Apartheid in Leeds?
Apartheid is an Afrikaans word meaning “separateness”. And I see a surfeit of ‘apartheid’ in development processes in our city.
Let’s look at the ‘Vision for Leeds’. In its official version I believe this is a statutory requirement for the council to produce. It has a website and a series of workshops each aimed at a different sector. Cultural types are kept apart from third sector types. Business people have their own workshop provision. But there is also an ‘unofficial’ vision being developed by the very wonderful ‘Together for Peace’ crew. Again I was invited to a workshop for ‘business people’.
We have myriads of other networks in Leeds. We have them for start-up entrepreneurs; for artists and cultural types; we have them for financiers and digital creatives. We have them for hi-tech businesses and university spin-offs. We have them for community development workers and just about every niche you can imagine.
But they nearly all require you to adopt a label, and nearly all separate you from others who don’t. Trying to find a truly diverse network is not easy.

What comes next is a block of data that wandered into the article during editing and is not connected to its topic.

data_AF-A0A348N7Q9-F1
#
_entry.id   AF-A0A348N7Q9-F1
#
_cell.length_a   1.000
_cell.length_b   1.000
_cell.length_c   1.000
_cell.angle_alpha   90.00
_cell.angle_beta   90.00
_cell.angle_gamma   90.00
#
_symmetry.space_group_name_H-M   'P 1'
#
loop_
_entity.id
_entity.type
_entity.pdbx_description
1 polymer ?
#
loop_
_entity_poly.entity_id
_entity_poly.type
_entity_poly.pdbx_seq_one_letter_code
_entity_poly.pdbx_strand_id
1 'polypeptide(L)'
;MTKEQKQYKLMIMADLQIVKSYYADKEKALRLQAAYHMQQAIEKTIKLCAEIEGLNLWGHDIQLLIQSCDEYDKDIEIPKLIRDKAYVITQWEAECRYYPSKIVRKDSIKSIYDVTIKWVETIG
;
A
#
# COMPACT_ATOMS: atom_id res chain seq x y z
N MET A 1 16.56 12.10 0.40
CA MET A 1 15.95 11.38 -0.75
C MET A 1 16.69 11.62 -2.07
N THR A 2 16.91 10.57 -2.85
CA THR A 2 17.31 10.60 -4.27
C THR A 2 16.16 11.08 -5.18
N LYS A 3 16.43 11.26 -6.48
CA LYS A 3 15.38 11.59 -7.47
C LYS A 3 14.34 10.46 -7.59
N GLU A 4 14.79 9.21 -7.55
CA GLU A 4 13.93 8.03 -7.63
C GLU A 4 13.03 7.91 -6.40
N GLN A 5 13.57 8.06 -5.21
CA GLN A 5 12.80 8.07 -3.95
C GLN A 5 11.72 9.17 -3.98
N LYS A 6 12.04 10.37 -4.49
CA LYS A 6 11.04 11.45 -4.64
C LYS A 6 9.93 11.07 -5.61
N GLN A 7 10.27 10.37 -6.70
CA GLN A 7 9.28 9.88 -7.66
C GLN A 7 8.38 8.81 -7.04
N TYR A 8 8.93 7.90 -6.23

Now in many ways this is not a problem. If I want to join a network to explore the latest development in double glazing then a network for double glazing specialists hits the nail on the head.
However if I want to search for ways to make progress on the problems and opportunities facing a complex system like the City of Leeds then I had better make sure the groups I work with contain enough diversity. That, as the systems thinkers say, we have the ‘whole system in the room’. The beauty of large group methodologies is not that they give us powerful ways to work with large groups – but that they give us powerful ways to work with the diversity that is necessary if we are to find whole system approaches to complex challenges. When we practice apartheid we chop the large group methodologies off at the knees. They become nice processes with weak outcomes.
We also fragment what should be whole. So we have a group of ‘business people’ looking at ‘the economy’. We have a group of ‘artists’ looking at ‘culture’. And we have the third sector looking at ‘Big Society’. These are all facets of the same problem and we are unlikely to come up with useful interventions by consulting in isolation and hoping that we can stitch things back together later in the process.
So next time how about doing the work to get a really diverse group in the room and who knows what new ideas we might be able to spark and what new relationships we might be able to develop.
What do you think? Have I exaggerated the problem?
Or might it be that an unconscious level of apartheid could be a major barrier to real progress in the City?